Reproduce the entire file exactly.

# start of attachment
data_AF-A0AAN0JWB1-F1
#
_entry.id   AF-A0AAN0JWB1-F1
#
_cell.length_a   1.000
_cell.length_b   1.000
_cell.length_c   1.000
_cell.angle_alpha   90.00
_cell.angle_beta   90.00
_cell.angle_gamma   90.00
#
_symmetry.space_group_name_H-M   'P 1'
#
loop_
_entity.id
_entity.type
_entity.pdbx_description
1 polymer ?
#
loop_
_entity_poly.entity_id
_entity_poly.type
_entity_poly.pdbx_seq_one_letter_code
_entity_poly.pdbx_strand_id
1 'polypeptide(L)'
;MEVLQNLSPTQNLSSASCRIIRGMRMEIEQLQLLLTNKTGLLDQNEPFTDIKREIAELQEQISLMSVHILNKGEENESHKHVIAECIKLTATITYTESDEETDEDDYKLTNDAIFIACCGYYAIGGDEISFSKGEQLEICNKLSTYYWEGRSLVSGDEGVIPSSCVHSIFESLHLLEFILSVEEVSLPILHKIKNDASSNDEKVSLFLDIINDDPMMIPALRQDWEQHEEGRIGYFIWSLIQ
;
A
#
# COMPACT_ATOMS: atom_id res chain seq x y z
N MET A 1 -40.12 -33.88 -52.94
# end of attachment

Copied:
data_AF-A0AAN0JWB1-F1
#
_entry.id   AF-A0AAN0JWB1-F1
#
_cell.length_a   1.000
_cell.length_b   1.000
_cell.length_c   1.000
_cell.angle_alpha   90.00
_cell.angle_beta   90.00
_cell.angle_gamma   90.00
#
_symmetry.space_group_name_H-M   'P 1'
#
loop_
_entity.id
_entity.type
_entity.pdbx_description
1 polymer ?
#
loop_
_entity_poly.entity_id
_entity_poly.type
_entity_poly.pdbx_seq_one_letter_code
_entity_poly.pdbx_strand_id
1 'polypeptide(L)'
;MEVLQNLSPTQNLSSASCRIIRGMRMEIEQLQLLLTNKTGLLDQNEPFTDIKREIAELQEQISLMSVHILNKGEENESHKHVIAECIKLTATITYTESDEETDEDDYKLTNDAIFIACCGYYAIGGDEISFSKGEQLEICNKLSTYYWEGRSLVSGDEGVIPSSCVHSIFESLHLLEFILSVEEVSLPILHKIKNDASSNDEKVSLFLDIINDDPMMIPALRQDWEQHEEGRIGYFIWSLIQ
;
A
#
# COMPACT_ATOMS: atom_id res chain seq x y z
N MET A 1 -40.12 -33.88 -52.94